Summary and Keywords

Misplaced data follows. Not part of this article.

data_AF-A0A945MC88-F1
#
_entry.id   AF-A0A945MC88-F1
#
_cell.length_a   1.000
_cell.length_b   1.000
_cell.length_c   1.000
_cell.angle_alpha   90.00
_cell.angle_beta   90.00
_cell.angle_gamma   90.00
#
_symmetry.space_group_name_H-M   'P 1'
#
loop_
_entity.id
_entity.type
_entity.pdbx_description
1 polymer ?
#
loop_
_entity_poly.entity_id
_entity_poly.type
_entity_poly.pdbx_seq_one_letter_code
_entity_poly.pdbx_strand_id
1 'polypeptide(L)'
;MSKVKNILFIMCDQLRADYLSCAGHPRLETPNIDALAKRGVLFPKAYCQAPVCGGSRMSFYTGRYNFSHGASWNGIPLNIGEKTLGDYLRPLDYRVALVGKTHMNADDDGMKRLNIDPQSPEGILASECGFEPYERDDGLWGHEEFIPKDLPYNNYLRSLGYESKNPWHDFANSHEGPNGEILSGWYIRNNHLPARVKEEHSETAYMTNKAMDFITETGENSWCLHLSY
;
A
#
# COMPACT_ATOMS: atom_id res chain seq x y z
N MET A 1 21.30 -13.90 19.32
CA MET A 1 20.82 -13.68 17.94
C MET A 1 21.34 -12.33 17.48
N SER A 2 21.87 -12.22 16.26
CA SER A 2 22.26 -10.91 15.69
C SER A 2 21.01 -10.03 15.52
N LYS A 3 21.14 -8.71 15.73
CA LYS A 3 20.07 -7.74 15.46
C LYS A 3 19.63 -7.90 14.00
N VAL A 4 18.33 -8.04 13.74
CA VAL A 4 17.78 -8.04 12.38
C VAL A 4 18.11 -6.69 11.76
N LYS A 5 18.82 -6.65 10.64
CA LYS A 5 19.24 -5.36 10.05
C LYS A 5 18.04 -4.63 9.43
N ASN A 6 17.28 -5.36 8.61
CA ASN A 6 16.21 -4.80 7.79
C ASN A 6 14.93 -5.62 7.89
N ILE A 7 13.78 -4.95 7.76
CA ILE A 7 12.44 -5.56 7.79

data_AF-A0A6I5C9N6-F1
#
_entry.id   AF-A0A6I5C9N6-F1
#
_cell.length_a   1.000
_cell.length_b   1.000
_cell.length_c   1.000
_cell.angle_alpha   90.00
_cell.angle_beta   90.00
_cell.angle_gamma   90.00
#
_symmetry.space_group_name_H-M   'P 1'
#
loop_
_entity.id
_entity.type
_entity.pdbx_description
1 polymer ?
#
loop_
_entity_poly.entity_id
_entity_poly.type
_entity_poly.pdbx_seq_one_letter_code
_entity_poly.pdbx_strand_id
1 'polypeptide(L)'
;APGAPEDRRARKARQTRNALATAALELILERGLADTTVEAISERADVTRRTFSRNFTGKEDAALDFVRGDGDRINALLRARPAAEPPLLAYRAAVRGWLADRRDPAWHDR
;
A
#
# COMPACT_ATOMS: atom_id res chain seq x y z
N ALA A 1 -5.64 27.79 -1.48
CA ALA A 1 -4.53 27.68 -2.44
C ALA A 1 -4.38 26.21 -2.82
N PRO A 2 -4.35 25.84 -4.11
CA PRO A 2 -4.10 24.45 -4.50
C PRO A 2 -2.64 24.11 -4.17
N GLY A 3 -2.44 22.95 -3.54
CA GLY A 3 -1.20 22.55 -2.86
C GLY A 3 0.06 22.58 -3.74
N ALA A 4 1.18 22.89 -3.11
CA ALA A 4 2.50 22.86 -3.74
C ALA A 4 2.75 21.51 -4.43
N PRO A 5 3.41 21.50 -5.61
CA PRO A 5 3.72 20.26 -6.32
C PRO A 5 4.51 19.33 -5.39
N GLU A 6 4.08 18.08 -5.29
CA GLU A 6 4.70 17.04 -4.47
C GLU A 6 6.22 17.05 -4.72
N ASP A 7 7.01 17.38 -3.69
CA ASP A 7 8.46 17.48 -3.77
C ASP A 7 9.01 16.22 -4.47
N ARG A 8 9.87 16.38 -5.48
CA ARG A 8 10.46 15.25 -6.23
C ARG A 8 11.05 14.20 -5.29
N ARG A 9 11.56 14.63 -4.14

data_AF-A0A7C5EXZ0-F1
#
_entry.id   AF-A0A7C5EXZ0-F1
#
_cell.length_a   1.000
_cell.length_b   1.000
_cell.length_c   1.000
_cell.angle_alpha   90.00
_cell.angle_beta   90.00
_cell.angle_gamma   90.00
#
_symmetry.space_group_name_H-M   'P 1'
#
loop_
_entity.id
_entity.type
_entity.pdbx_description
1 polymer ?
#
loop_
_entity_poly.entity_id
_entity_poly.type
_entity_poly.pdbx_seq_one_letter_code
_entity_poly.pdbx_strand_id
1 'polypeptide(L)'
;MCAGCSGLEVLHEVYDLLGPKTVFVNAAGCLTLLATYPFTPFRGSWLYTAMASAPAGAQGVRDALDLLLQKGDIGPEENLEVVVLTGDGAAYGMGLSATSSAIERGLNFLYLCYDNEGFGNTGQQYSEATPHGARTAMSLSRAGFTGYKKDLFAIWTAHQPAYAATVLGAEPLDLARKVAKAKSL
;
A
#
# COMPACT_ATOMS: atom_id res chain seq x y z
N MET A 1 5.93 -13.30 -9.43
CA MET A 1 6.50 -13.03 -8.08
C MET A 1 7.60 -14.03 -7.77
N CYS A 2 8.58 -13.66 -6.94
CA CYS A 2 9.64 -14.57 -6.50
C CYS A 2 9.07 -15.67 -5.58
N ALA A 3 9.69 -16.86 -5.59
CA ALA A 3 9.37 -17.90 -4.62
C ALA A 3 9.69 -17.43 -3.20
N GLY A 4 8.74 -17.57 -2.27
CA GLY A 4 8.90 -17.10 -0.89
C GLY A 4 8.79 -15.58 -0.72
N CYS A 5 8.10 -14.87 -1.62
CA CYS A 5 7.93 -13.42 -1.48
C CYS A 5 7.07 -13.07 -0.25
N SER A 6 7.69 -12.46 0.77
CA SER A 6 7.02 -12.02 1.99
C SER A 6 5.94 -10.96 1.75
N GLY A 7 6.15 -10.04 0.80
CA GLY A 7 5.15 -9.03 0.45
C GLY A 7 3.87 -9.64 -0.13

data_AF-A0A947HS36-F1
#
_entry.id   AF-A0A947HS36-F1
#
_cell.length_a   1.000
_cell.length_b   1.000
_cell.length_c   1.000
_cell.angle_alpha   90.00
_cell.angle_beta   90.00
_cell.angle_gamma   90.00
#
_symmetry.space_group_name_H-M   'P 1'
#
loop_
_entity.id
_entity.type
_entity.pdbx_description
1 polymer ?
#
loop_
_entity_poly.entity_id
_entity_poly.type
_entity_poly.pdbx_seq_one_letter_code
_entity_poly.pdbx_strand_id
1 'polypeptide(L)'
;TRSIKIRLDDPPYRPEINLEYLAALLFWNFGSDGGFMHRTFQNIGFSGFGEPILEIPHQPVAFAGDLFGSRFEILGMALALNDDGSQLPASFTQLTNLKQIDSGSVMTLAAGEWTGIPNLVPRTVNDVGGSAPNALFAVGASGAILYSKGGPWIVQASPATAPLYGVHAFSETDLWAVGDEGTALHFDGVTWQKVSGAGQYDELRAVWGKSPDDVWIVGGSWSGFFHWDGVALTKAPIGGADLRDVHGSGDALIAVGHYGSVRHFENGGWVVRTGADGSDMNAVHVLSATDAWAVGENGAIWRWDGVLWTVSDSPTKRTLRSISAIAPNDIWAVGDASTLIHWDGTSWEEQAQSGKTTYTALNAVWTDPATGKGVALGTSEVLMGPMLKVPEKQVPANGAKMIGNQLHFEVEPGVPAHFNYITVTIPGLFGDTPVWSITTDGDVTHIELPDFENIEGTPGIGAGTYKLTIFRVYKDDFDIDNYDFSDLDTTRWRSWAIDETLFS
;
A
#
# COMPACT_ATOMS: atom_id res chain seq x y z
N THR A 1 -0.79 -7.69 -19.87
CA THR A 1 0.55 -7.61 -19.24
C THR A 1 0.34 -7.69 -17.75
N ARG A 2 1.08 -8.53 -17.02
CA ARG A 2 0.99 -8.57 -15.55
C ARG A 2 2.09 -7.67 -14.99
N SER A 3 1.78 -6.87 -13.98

Sara Baartman (also known as Saartje, Saartjie, or Sarah), a South African woman, was widely known on stage in England and France in the early 19th century, and subsequently internationally since then, as the “Hottentot Venus,” the Western racist fiction of the primitive, sexualized, black woman. Until the 21st century, scholars paradoxically paid more attention to the fiction than the actual person. Further research showed that Baartman was born on the colonial frontier in the 1770s and lived in Cape Town in conditions similar to urban slavery from the 1790s through 1810, when she was taken to London. There and later in the English countryside and in Ireland, she was displayed on stage. In 1814, she was sold to an animal trainer in Paris who forced her to display herself to restaurant patrons and who possibly also forced her into prostitution. George Cuvier, the founder of Comparative Anatomy, interviewed her and, after her death in December 1815, performed an autopsy, not to discover the cause of death but to see if her body, literally, was the connection between humankind and animals. The Museum of Man in Paris displayed a nude plaster cast of Baartman’s body until the 1970s. Following the coming of democracy to South Africa, activists petitioned to bring Baartman’s remains home, and they were buried on South African National Women’s Day, August 1, 2002, as part of a nationally televised ceremony. Her burial site is in Hankey, Eastern Cape.
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